“A Christmas Carol is a story of redemption. All of us want to become better people and we reflect on that during the holidays, when the child in us wants to come out and play. It’s wonderful to be part of something that encourages that, or heals a heart that might not have the Christmas spirit. We want the audience to laugh a lot, cry just a bit, then go home and enjoy the holidays.”
Company tradition brings former cast members onstage for the play’s finale, while Scrooge sings a moving chorus of Noel. This year, performers from all 40 years of the show will reunite during the Dec. 14 matinee performance and take the stage once more to sing the closing musical number.
Wood, now 67, says he’ll do what it takes to continue bringing A Christmas Carol to the Triangle stage. Then, he says, his children will make sure it continues.
“People want to believe that something survives after we’re gone,” he said. “I think — I hope — that we’ve created something that will outlast me, and that’s a good feeling.”
At the door Wood pauses, then smiles.
“Merry Christmas,” he said.
Editor’s note: A Christmas Carol will be performed on Dec. 10-14 at the Duke Energy Center for the Performing Arts, Memorial Auditorium, Raleigh, and Dec. 18-21 at the Durham Performing Arts Center. For ticket information, see theatreinthepark.com.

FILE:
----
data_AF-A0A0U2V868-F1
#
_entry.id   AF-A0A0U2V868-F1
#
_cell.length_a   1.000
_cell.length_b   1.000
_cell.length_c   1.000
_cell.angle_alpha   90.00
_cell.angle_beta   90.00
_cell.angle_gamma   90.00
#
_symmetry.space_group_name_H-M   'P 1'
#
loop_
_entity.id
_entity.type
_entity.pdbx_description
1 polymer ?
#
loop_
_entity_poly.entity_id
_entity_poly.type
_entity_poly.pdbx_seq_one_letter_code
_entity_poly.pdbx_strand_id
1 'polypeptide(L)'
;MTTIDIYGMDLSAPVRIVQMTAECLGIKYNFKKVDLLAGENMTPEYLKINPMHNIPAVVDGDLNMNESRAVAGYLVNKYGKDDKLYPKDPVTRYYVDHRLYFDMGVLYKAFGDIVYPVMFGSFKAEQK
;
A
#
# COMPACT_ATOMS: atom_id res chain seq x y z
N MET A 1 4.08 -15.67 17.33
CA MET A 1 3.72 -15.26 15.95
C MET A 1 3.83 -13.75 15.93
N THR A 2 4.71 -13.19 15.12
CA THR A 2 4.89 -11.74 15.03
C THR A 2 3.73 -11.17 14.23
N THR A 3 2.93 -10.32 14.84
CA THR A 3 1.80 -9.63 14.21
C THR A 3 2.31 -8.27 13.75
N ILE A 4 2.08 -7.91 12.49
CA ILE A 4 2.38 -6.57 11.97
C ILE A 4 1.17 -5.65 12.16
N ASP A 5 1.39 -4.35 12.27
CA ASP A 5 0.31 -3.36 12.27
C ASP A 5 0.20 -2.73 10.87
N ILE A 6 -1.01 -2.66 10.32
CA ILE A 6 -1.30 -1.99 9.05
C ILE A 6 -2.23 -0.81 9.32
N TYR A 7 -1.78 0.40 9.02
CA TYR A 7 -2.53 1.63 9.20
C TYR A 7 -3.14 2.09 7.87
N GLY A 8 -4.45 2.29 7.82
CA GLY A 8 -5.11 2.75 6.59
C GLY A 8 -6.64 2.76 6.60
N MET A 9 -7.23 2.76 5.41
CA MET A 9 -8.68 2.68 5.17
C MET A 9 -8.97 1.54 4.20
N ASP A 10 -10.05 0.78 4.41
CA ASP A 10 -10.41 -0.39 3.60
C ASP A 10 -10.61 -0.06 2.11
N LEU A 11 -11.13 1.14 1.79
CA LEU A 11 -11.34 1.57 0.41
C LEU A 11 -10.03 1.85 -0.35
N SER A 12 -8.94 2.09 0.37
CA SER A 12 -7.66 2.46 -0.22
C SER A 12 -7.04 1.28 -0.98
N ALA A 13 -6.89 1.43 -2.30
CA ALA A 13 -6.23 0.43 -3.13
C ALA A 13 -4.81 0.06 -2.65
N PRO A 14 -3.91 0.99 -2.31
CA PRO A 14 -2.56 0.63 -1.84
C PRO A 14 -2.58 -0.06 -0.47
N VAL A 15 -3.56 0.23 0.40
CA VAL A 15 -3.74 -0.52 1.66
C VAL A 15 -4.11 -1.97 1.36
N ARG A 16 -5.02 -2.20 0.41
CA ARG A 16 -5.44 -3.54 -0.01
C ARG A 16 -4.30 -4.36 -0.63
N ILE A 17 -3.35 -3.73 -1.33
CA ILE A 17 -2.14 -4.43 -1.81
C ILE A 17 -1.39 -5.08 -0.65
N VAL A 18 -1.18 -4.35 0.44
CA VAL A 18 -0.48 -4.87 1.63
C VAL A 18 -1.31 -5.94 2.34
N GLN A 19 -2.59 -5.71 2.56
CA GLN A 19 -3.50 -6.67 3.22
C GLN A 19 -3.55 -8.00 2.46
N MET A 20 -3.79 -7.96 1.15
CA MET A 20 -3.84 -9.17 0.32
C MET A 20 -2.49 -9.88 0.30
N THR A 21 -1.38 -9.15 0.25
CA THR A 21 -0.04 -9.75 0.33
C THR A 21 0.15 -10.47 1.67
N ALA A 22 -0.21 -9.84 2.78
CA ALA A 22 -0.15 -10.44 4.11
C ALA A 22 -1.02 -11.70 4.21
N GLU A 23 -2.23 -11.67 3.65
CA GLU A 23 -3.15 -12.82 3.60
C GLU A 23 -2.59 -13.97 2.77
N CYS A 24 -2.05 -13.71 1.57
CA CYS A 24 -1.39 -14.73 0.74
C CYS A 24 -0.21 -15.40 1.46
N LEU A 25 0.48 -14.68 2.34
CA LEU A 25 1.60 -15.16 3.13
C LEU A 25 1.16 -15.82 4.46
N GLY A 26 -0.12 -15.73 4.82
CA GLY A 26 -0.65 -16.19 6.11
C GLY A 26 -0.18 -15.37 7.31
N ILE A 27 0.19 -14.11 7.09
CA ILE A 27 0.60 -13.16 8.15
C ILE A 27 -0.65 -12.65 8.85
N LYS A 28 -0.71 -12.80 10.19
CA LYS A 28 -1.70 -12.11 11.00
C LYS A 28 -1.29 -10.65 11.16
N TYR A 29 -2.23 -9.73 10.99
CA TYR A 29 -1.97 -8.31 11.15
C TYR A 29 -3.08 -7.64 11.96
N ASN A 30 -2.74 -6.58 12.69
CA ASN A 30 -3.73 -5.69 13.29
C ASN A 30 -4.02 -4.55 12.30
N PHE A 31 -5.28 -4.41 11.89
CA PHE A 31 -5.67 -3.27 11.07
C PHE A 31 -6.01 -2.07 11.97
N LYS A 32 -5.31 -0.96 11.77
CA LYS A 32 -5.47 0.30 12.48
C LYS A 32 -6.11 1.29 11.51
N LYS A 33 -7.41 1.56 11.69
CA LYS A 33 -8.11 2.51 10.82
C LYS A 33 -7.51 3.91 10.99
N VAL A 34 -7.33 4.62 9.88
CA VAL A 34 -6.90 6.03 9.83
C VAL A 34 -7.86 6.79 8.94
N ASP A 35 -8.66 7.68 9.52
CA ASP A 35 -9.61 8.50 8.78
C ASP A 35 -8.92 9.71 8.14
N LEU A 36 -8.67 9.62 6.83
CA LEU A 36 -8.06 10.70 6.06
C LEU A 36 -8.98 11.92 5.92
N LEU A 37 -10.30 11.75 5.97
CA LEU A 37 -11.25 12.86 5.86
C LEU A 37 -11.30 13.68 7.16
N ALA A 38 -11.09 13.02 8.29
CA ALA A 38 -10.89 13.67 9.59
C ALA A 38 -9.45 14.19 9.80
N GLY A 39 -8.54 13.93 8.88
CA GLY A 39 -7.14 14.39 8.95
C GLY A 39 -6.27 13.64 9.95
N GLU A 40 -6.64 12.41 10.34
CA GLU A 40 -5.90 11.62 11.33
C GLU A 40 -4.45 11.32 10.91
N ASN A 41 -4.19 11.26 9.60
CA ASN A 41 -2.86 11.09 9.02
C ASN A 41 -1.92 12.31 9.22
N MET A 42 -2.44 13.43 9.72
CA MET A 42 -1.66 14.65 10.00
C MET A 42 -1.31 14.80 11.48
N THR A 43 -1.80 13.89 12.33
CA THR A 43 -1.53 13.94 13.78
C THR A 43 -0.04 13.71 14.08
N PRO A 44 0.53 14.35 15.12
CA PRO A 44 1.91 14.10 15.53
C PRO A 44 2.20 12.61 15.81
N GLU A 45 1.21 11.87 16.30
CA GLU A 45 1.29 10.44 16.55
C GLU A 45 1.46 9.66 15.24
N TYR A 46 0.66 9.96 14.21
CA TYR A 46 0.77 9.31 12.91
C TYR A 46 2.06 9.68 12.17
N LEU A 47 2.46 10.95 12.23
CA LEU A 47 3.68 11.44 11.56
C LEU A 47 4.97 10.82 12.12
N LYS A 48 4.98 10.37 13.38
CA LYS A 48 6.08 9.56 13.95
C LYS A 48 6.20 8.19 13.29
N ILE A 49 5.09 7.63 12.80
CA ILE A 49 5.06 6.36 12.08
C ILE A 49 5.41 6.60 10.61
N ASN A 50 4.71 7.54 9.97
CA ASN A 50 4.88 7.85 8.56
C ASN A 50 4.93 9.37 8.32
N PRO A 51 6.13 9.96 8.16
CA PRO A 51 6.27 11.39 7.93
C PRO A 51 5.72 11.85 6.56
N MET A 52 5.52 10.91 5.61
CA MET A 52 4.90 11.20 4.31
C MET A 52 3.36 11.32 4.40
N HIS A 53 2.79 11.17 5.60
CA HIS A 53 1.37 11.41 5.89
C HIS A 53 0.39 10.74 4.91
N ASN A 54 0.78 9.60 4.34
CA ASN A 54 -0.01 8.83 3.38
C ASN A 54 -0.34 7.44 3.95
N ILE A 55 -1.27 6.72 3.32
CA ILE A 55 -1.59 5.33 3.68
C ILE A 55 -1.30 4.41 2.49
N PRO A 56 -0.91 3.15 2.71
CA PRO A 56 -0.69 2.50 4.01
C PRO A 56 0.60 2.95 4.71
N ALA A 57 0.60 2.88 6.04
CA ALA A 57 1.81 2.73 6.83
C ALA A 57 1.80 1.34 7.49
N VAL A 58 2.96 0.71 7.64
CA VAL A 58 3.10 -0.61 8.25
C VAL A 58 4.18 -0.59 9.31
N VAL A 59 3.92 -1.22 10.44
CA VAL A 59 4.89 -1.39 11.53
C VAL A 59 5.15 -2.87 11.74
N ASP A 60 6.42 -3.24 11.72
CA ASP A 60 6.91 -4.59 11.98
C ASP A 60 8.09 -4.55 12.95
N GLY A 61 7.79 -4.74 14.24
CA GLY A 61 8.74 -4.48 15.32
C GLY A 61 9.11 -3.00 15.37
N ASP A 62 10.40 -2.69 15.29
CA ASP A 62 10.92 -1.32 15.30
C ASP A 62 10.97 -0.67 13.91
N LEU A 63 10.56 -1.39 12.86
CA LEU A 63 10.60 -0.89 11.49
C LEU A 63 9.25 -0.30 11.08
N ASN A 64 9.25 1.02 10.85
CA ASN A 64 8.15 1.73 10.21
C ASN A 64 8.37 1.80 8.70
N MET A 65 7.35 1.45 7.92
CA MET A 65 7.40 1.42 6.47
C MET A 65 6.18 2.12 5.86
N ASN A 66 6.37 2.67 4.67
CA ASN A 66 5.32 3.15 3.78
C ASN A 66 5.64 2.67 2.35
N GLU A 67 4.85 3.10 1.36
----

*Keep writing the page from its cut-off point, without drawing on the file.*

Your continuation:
Wood’s Scrooge Turns 40
IRA DAVID Wood, III
Alma mater: N.C. School of the Arts, 1970
Hometown: Enfield, N.C.; was first Eagle Scout-Bronze Palm there
Honorary citizen in Compiegne, France and Columbia, S.C.
Only two-time Medal of Arts recipient from The Raleigh Arts Commission
Favorite place: Sanibel Island, Fla., for collecting seashells
Grand marshal: 2014 Raleigh Christmas Parade, Nov. 22, 9:40 a.m.
Wood’s A Christmas Carol, by the numbers
1974 – First performance
2008 – First-ever theatrical production held at DPAC
3 – Number of international tours, to England and France
16,000 – Largest audience, at Dean E. Smith Center, UNC-Chapel Hill
80 to 100 – cast members plus band and techs